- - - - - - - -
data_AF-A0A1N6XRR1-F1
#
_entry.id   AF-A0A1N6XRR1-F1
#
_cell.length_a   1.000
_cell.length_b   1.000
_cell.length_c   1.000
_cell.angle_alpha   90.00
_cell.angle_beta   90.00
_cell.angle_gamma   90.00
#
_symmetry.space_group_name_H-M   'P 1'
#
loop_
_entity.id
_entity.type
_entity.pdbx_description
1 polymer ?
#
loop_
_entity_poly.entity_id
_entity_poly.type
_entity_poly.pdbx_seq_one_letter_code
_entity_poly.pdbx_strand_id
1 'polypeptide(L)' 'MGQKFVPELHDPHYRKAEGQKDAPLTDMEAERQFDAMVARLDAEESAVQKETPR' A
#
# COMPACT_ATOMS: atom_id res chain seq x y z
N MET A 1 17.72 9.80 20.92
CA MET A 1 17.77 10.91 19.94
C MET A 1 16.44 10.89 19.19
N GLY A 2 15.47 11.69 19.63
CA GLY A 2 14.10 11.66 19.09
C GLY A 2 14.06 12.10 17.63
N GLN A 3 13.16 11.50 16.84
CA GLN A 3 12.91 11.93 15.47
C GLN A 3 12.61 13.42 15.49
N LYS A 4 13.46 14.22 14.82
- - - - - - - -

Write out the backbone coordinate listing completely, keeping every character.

data_AF-A0A1N6XRR1-F1
#
_entry.id   AF-A0A1N6XRR1-F1
#
_cell.length_a   1.000
_cell.length_b   1.000
_cell.length_c   1.000
_cell.angle_alpha   90.00
_cell.angle_beta   90.00
_cell.angle_gamma   90.00
#
_symmetry.space_group_name_H-M   'P 1'
#
loop_
_entity.id
_entity.type
_entity.pdbx_description
1 polymer ?
#
loop_
_entity_poly.entity_id
_entity_poly.type
_entity_poly.pdbx_seq_one_letter_code
_entity_poly.pdbx_strand_id
1 'polypeptide(L)' 'MGQKFVPELHDPHYRKAEGQKDAPLTDMEAERQFDAMVARLDAEESAVQKETPR' A
#
# COMPACT_ATOMS: atom_id res chain seq x y z
N MET A 1 17.72 9.80 20.92
CA MET A 1 17.77 10.91 19.94
C MET A 1 16.44 10.89 19.19
N GLY A 2 15.47 11.69 19.63
CA GLY A 2 14.10 11.66 19.09
C GLY A 2 14.06 12.10 17.63
N GLN A 3 13.16 11.50 16.84
CA GLN A 3 12.91 11.93 15.47
C GLN A 3 12.61 13.42 15.49
N LYS A 4 13.46 14.22 14.82